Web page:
Classic yarns beat tales of 90s low life

Click to follow
The Independent Online
THE SCOTTISH novel about drugs and low life, Trainspotting, which has also become a hit film, remains less popular in its home country than classics such as Robert Louis Stevenson's Kidnapped and Treasure Island.

And even those staples of childhood reading rank below the works of the much lesser known Lewis Grassic Gibbon, named yesterday as Scotland's favourite novelist.

A national poll to find what the Scots think is the "Greatest Scottish Novel" found that 10 per cent of those surveyed voted for the trilogy A Scots Quair by Gibbon, making it the winner by a considerable margin.

Votes were cast during the summer at all Scottish branches of Waterstone's bookshop and via postal and telephone voting through a newspaper.

Robert Louis Stevenson had two entries in the top five, Kidnapped at number two and Treasure Island at number five. Irvine Welsh's Trainspotting is at number six, two ahead of Muriel Spark's The Prime of Miss Jean Brodie. Jeff Torrington's Swing Hammer Swing, a novel of contemporary Glaswegian life, which won the Whitbread Prize, scrapes into the top 20 at number 18.

Gibbon was born in 1901 and died of a perforated ulcer at the age of 34. His work was praised by H G Wells, but he had little commercial success in his lifetime. His real name was James Leslie Mitchell and he wrote 17 books, always using the Gibbon pseudonym for novels with a Scottish theme.

His childhood home, the Howe of the Mearns, was the setting for A Scots Quair, the story of a girl growing up in the Scottish countryside.

Neil Willett of Waterstone's Guide to Scottish Books said yesterday: "It's surprising that Irvine Welsh does not appear in the top five. Trainspotting is without doubt the widest read Scottish novel, but it's not necessarily much loved.

"Lewis Grassic Gibbon appearing at the top of the poll is a little surprising, but the first book of the trilogy Sunset Song is a prescribed text in Scottish schools and there is great affection for it."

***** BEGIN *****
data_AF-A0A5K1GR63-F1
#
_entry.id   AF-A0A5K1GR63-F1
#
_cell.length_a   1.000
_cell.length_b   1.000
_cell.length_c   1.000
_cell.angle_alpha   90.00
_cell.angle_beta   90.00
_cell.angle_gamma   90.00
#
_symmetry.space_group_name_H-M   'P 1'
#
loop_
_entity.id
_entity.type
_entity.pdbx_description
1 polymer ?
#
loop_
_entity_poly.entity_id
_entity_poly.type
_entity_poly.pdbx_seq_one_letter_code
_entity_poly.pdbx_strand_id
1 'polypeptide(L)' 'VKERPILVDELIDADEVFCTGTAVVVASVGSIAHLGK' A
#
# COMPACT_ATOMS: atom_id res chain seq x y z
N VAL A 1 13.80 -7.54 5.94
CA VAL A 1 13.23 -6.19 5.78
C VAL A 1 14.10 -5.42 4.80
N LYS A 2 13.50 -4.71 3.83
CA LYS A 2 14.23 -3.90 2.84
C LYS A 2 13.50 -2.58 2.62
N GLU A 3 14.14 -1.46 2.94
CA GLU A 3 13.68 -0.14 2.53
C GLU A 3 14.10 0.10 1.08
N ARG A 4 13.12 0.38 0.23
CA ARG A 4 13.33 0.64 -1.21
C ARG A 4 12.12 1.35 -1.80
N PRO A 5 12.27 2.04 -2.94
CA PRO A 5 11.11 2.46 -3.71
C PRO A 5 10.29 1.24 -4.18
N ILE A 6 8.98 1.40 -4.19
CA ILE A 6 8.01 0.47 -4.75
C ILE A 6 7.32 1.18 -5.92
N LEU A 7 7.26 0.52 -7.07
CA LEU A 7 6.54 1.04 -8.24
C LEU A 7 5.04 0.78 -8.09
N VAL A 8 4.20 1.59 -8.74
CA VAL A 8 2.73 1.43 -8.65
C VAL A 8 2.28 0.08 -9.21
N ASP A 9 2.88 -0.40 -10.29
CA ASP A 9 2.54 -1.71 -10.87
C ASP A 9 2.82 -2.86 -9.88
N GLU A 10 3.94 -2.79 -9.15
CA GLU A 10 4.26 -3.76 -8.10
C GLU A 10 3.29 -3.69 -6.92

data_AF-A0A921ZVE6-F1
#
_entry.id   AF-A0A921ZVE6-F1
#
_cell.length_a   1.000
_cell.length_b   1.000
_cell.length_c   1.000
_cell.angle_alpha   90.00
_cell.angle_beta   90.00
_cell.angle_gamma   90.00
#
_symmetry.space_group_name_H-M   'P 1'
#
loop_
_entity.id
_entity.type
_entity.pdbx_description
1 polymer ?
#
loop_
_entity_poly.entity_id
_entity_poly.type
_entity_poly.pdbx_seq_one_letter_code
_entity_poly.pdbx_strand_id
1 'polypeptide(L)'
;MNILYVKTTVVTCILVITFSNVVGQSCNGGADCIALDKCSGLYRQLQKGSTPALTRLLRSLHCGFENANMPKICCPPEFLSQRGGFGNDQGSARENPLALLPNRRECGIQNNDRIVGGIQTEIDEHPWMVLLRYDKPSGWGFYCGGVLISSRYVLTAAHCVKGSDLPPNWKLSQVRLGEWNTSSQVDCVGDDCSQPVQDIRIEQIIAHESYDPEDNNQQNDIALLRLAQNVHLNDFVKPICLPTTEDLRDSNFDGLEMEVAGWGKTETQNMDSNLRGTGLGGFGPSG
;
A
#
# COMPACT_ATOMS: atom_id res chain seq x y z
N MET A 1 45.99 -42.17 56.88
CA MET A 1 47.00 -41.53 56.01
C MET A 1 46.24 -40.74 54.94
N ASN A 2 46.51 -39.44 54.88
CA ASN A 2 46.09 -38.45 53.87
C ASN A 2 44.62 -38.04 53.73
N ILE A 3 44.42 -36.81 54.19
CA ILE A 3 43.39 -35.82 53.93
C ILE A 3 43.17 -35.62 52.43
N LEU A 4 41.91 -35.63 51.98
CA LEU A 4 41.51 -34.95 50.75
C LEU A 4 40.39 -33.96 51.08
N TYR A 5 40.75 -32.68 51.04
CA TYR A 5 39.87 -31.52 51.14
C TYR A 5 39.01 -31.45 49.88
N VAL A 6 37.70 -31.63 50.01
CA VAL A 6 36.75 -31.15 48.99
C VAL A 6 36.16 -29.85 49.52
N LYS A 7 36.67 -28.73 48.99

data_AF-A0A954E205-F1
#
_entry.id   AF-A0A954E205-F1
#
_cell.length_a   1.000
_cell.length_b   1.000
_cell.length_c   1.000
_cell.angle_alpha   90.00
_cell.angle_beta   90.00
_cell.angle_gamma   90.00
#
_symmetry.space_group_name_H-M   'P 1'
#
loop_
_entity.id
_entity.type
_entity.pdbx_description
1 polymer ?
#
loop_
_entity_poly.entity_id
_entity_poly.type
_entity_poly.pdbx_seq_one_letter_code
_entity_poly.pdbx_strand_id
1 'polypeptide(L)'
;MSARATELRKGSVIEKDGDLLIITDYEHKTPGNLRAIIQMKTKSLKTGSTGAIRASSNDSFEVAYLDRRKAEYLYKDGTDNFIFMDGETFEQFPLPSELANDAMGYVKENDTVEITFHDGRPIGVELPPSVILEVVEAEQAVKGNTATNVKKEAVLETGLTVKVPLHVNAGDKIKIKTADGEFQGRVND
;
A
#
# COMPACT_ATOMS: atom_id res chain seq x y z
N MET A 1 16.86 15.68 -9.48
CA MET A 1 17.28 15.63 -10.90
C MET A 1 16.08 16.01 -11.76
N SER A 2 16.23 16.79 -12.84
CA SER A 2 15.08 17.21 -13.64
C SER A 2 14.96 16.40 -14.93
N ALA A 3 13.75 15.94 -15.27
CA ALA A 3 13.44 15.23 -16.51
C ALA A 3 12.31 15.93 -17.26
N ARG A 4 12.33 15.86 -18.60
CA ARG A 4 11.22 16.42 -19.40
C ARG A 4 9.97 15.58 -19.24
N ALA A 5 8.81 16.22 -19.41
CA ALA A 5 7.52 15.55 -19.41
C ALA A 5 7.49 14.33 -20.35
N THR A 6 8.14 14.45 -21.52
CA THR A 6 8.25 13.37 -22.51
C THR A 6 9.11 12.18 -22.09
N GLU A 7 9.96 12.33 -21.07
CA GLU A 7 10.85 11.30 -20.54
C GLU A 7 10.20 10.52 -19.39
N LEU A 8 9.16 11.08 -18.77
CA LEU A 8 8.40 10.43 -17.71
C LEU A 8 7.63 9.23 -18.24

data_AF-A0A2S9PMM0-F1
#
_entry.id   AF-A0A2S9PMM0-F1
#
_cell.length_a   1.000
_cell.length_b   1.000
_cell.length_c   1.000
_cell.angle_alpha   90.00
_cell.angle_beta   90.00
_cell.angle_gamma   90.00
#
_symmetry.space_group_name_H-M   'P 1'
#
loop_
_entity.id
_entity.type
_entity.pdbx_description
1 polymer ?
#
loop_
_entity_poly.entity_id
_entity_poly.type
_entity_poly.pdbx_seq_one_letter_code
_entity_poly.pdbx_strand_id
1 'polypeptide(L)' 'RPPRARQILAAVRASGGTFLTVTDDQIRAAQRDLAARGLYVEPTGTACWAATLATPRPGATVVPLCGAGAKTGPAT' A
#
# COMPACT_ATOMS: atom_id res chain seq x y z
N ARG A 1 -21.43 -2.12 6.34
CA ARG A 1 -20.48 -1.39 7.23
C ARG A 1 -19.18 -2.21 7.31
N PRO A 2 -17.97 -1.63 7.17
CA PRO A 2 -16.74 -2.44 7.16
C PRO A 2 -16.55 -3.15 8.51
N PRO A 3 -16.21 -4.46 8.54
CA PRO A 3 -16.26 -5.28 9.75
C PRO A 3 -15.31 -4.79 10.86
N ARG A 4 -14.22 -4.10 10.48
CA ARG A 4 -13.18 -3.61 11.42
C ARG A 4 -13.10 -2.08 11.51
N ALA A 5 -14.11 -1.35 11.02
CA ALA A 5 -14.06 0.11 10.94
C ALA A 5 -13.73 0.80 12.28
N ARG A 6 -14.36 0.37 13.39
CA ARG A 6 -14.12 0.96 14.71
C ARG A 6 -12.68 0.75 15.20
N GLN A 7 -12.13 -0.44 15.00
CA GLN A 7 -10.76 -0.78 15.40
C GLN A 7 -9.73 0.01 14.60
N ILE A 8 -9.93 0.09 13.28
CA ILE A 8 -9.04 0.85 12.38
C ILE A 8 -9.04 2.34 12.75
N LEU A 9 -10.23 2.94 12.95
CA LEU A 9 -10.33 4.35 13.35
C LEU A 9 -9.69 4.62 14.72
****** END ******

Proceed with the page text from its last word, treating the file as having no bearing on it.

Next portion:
The trilogy features a patriotic lyricism in its language as the following extract on ploughing from the first chapter of Sunset Song shows:

"You saw their faces in firelight ... tired and kind, faces dear and close to you, you wanted the words they'd known and used, forgotten in the far- off youngness of their lives, Scots words to tell your heart, how they wrung it and held it, and the toil of their days and unendingly their fight."

Just over 500 titles were chosen for the survey, demonstrating, say the organisers, the wealth of Scottish fiction.

The Top 20 Scots Novels


1 A Scots Quair by Lewis Grassic Gibbon

2 Kidnapped by Robert Louis Stevenson

3 Confessions of a Justified Sinner by James Hogg

4 Lanark by Alasdair Gray

5 Treasure Island by Robert Louis Stevenson

6 Trainspotting by Irvine Welsh

7 The Silver Darlings by Neil Gunn

8 The Prime of Miss Jean Brodie by Muriel Spark

9 Dr Jekyll and Mr Hyde by Robert Louis Stevenson

10 The Thirty Nine Steps by John Buchan

11 The Cone Gatherers by Robin Jenkins

12 Old Mortality by Walter Scott

13 The House With The Green Shutters by George Douglas Brown

14 The Heart of Midlothian by Walter Scott

15 The Wasp Factory by Iain Banks

16 The Crow Road by Iain Banks

17 Morven Callar by Alan Warner

18 Swing, Hammer Swing by Jeff Torrington

19 The Trick is to Keep Breathing by Janice Galloway

20 The New Road by Neil Munro